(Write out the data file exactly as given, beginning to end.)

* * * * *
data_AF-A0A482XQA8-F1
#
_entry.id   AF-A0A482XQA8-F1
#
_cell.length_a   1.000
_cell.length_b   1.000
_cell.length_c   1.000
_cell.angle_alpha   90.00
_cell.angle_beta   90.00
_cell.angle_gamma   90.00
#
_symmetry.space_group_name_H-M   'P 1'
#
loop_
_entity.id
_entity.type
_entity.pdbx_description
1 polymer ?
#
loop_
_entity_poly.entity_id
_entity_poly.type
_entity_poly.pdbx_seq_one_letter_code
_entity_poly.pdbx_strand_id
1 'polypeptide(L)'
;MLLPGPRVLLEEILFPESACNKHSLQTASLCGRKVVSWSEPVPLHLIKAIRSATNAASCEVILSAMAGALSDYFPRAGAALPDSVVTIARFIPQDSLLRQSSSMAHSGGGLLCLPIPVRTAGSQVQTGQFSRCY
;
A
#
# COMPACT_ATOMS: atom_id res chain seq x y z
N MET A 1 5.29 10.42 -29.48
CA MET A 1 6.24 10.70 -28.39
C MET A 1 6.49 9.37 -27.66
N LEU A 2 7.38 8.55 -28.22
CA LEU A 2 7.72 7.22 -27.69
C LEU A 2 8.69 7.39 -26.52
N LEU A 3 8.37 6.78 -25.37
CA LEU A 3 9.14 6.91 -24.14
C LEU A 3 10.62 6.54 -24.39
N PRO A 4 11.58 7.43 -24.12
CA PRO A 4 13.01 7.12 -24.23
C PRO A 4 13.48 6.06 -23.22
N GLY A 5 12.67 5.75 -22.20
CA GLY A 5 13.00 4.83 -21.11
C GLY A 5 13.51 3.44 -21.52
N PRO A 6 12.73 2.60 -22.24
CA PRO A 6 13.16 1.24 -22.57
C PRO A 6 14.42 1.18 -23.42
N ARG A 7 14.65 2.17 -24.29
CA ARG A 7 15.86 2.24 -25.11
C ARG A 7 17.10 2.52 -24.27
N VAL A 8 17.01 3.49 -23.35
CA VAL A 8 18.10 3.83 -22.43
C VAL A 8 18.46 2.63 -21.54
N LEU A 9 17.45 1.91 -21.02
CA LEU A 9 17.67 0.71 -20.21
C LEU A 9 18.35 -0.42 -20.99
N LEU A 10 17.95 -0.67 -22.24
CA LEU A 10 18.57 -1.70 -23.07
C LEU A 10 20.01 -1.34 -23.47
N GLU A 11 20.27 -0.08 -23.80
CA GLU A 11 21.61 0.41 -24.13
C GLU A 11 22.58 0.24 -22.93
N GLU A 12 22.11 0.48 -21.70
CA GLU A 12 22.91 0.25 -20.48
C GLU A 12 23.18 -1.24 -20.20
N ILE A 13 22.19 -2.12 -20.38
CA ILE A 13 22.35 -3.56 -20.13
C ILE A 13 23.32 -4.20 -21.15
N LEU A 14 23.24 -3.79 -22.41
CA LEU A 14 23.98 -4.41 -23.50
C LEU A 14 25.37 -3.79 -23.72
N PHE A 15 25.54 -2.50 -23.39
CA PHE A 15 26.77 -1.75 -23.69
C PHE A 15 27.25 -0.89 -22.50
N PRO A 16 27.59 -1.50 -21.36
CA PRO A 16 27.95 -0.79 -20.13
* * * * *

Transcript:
data_AF-A0A482XQA8-F1
#
_entry.id   AF-A0A482XQA8-F1
#
_cell.length_a   1.000
_cell.length_b   1.000
_cell.length_c   1.000
_cell.angle_alpha   90.00
_cell.angle_beta   90.00
_cell.angle_gamma   90.00
#
_symmetry.space_group_name_H-M   'P 1'
#
loop_
_entity.id
_entity.type
_entity.pdbx_description
1 polymer ?
#
loop_
_entity_poly.entity_id
_entity_poly.type
_entity_poly.pdbx_seq_one_letter_code
_entity_poly.pdbx_strand_id
1 'polypeptide(L)'
;MLLPGPRVLLEEILFPESACNKHSLQTASLCGRKVVSWSEPVPLHLIKAIRSATNAASCEVILSAMAGALSDYFPRAGAALPDSVVTIARFIPQDSLLRQSSSMAHSGGGLLCLPIPVRTAGSQVQTGQFSRCY
;
A
#
# COMPACT_ATOMS: atom_id res chain seq x y z
N MET A 1 5.29 10.42 -29.48
CA MET A 1 6.24 10.70 -28.39
C MET A 1 6.49 9.37 -27.66
N LEU A 2 7.38 8.55 -28.22
CA LEU A 2 7.72 7.22 -27.69
C LEU A 2 8.69 7.39 -26.52
N LEU A 3 8.37 6.78 -25.37
CA LEU A 3 9.14 6.91 -24.14
C LEU A 3 10.62 6.54 -24.39
N PRO A 4 11.58 7.43 -24.12
CA PRO A 4 13.01 7.12 -24.23
C PRO A 4 13.48 6.06 -23.22
N GLY A 5 12.67 5.75 -22.20
CA GLY A 5 13.00 4.83 -21.11
C GLY A 5 13.51 3.44 -21.52
N PRO A 6 12.73 2.60 -22.24
CA PRO A 6 13.16 1.24 -22.57
C PRO A 6 14.42 1.18 -23.42
N ARG A 7 14.65 2.17 -24.29
CA ARG A 7 15.86 2.24 -25.11
C ARG A 7 17.10 2.52 -24.27
N VAL A 8 17.01 3.49 -23.35
CA VAL A 8 18.10 3.83 -22.43
C VAL A 8 18.46 2.63 -21.54
N LEU A 9 17.45 1.91 -21.02
CA LEU A 9 17.67 0.71 -20.21
C LEU A 9 18.35 -0.42 -20.99
N LEU A 10 17.95 -0.67 -22.24
CA LEU A 10 18.57 -1.70 -23.07
C LEU A 10 20.01 -1.34 -23.47
N GLU A 11 20.27 -0.08 -23.80
CA GLU A 11 21.61 0.41 -24.13
C GLU A 11 22.58 0.24 -22.93
N GLU A 12 22.11 0.48 -21.70
CA GLU A 12 22.91 0.25 -20.48
C GLU A 12 23.18 -1.24 -20.20
N ILE A 13 22.19 -2.12 -20.38
CA ILE A 13 22.35 -3.56 -20.13
C ILE A 13 23.32 -4.20 -21.15
N LEU A 14 23.24 -3.79 -22.41
CA LEU A 14 23.98 -4.41 -23.50
C LEU A 14 25.37 -3.79 -23.72
N PHE A 15 25.54 -2.50 -23.39
CA PHE A 15 26.77 -1.75 -23.69
C PHE A 15 27.25 -0.89 -22.50
N PRO A 16 27.59 -1.50 -21.36
CA PRO A 16 27.95 -0.79 -20.13